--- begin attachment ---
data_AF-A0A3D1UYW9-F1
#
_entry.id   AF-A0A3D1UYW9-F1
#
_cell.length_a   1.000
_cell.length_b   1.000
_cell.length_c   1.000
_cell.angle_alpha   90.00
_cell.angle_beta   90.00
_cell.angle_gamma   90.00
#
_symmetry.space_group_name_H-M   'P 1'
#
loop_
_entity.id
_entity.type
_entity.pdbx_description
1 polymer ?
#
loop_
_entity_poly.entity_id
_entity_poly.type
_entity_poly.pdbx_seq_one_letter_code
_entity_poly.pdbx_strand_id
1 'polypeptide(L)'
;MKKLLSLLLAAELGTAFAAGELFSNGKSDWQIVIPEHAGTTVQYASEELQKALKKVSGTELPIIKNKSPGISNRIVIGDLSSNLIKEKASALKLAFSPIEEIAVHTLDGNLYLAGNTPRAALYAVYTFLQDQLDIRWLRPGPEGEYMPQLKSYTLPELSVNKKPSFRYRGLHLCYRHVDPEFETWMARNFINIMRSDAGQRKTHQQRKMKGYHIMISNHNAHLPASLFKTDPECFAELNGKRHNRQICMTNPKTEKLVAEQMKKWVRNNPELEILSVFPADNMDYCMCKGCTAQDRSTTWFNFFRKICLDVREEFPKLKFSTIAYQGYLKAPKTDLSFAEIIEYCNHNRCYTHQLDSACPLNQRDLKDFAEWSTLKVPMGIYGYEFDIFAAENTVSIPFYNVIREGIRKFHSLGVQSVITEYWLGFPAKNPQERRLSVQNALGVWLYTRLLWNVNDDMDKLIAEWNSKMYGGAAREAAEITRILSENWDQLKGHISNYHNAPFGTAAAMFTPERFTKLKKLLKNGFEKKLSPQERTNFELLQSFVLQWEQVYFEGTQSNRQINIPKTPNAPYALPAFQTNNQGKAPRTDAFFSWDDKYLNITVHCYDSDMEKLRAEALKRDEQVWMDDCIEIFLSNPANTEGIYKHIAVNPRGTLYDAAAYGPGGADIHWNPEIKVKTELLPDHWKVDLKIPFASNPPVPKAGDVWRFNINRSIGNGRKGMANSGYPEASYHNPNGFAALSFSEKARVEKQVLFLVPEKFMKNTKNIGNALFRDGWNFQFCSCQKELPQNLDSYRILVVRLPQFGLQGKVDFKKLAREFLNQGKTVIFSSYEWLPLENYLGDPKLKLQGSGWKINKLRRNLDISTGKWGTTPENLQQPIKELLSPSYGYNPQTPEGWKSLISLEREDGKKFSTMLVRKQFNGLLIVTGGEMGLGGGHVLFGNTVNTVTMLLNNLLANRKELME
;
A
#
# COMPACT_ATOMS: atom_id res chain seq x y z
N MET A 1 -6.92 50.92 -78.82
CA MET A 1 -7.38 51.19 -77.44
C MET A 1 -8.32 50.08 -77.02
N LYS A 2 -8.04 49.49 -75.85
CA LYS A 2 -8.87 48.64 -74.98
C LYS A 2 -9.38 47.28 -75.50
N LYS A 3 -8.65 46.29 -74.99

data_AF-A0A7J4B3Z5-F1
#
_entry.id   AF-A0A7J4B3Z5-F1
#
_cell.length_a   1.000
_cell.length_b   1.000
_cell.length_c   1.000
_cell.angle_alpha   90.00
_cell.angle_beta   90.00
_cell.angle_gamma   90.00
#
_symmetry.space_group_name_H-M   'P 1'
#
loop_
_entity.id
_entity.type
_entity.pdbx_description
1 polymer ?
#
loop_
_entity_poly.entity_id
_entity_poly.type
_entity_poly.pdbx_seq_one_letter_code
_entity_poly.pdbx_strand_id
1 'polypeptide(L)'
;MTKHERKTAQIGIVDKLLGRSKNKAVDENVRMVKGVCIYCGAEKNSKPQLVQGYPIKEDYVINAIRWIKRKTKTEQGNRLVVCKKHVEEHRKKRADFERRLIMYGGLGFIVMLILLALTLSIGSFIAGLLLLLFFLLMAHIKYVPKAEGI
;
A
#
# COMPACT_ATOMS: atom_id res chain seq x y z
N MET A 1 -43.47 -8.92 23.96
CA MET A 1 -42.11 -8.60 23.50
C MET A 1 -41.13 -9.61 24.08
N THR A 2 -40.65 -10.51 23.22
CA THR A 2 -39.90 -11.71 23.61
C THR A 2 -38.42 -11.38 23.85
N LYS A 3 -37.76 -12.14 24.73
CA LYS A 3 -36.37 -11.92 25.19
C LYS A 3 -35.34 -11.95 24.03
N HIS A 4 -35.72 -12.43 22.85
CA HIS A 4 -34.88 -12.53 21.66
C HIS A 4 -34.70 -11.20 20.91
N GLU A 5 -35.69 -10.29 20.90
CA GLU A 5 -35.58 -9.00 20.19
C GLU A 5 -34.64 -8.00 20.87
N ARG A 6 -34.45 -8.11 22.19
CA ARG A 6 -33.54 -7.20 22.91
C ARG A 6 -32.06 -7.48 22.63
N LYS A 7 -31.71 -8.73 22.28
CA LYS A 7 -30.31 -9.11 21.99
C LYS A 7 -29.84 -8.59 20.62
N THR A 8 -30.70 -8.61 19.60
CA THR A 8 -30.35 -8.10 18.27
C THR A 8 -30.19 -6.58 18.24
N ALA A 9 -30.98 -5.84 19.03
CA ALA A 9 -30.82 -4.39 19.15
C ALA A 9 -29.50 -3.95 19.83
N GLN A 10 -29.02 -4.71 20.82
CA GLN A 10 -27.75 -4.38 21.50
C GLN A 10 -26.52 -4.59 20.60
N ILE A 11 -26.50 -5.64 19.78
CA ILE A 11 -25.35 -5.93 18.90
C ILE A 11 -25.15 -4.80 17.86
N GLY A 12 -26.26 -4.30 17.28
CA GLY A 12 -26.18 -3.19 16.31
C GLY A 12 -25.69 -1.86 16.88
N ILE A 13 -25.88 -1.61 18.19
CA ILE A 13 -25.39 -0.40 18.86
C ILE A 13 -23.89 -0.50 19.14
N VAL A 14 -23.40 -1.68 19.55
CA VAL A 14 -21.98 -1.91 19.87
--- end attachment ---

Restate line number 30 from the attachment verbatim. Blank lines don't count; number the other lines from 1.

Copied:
# COMPACT_ATOMS: atom_id res chain seq x y z